The Government knew very well what was afoot and a squadron of five vessels was already cruising the Isles. On 10 May, three ships entered Loch Duich. The castle may have been proof against broadswords, bows and muskets, but not against a barrage from 60 cannon. Under its cover, marines landed and the garrison surrendered. The arms and stores were captured, the castle blown up, and the nearby villages and farmsteads burned. One ship continued up the loch and the Highlanders detonated their remaining powder store on its approach.

Eventually, about 1000 more clansmen turned up. Lochiel with 150 men, 500 of Seaforth's Mackenzies, Rob Roy MacGregor with 80 men, and some from Perthshire that were loyal to Tullibardine and Lord George Murray; but the news of the cancellation of the main invasion was known and, for most chiefs, to raise the clan seemed suicidal.

On 9 June, nearly two months after the landing, the Jacobites were still sitting on the shore of Loch Duich. An outpost three or four miles up Glen Shiel discovered that about 1000 Redcoats, equipped with new-fangled coehorn field mortars, dragoons, grenadiers, and loyal clansmen were camped at Loch Cluanie and would pass through Glen Shiel to Loch Duich the following day.

Only nine miles long, Glen Shiel is narrow and precipitous, dominated as it is by the mountains known as the Five Sisters of Kintail to the northeast and equally formidable slopes to the southwest. Using the landscape to their advantage, the Jacobites had thrown a barrier across the drove road passing through, dug entrenchments, and raised defensive barricades in front of their positions on the rugged hillside.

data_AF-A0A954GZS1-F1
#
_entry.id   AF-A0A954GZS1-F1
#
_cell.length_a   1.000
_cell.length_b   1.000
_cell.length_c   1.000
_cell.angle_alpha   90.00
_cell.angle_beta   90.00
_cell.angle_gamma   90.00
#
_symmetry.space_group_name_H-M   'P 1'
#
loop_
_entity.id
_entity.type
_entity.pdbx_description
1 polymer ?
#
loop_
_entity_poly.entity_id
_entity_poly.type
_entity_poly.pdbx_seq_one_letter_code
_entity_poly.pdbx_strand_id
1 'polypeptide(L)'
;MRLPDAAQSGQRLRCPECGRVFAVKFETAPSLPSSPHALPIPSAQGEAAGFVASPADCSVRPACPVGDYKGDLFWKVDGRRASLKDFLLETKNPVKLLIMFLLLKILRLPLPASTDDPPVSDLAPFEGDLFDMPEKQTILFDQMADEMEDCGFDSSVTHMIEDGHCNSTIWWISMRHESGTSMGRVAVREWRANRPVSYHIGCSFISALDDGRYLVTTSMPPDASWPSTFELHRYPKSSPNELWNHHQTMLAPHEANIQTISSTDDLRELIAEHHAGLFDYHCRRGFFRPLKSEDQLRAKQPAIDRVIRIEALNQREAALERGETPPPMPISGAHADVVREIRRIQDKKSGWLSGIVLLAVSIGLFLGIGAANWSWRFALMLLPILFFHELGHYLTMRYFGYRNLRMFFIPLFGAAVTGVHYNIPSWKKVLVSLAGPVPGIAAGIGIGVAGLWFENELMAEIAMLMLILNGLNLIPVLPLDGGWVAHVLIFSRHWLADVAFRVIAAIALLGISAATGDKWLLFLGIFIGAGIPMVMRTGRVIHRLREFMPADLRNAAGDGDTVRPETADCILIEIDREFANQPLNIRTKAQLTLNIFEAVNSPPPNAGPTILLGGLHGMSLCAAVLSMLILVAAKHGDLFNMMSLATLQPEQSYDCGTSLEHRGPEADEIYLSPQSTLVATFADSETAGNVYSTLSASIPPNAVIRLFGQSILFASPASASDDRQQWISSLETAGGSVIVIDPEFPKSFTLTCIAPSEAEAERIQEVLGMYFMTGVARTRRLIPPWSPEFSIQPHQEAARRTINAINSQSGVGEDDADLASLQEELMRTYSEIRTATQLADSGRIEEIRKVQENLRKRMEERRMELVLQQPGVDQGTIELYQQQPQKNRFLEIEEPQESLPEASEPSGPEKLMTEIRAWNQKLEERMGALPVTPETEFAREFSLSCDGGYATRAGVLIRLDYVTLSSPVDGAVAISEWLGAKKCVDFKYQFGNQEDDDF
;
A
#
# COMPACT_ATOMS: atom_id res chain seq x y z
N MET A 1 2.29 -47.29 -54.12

The first contact was with Murray's command south of the river in late afternoon. The mortars lobbed their alarming shells. One assault was repulsed; the second forced the rebels from their positions. The mortars were heaved round and the shells crashed down upon the Mackenzies, followed by a stiff assault. Seaforth asked for reinforcements but received a bullet in his arm. By the time the MacGregors hurried over, the defences were already disintegrating.

The Government commander General Wightman turned his attention to the Jacobite centre on the hillside. The Spaniards, some 200 of them, were waiting patiently and had even offered to attack when they observed the reverses taking place below. But, just three hours after it started, Tullibardine declared the battle lost and the whole rebel force retreated up into the hills.

During the night, the Scots agreed to melt back into their mountains as best they could and that the Spaniards should surrender. The following morning, the Spanish colonel submitted to General Wightman, on condition that his men could keep their baggage, and they were repatriated.

The Jacobite leadership all escaped back to the continent. Alberoni lost his job and retired, with a fortune, to Italy. Eilean Donan would remain a ruin, until it was restored in the 1930s as the perfect picture postcard castle we know and love today.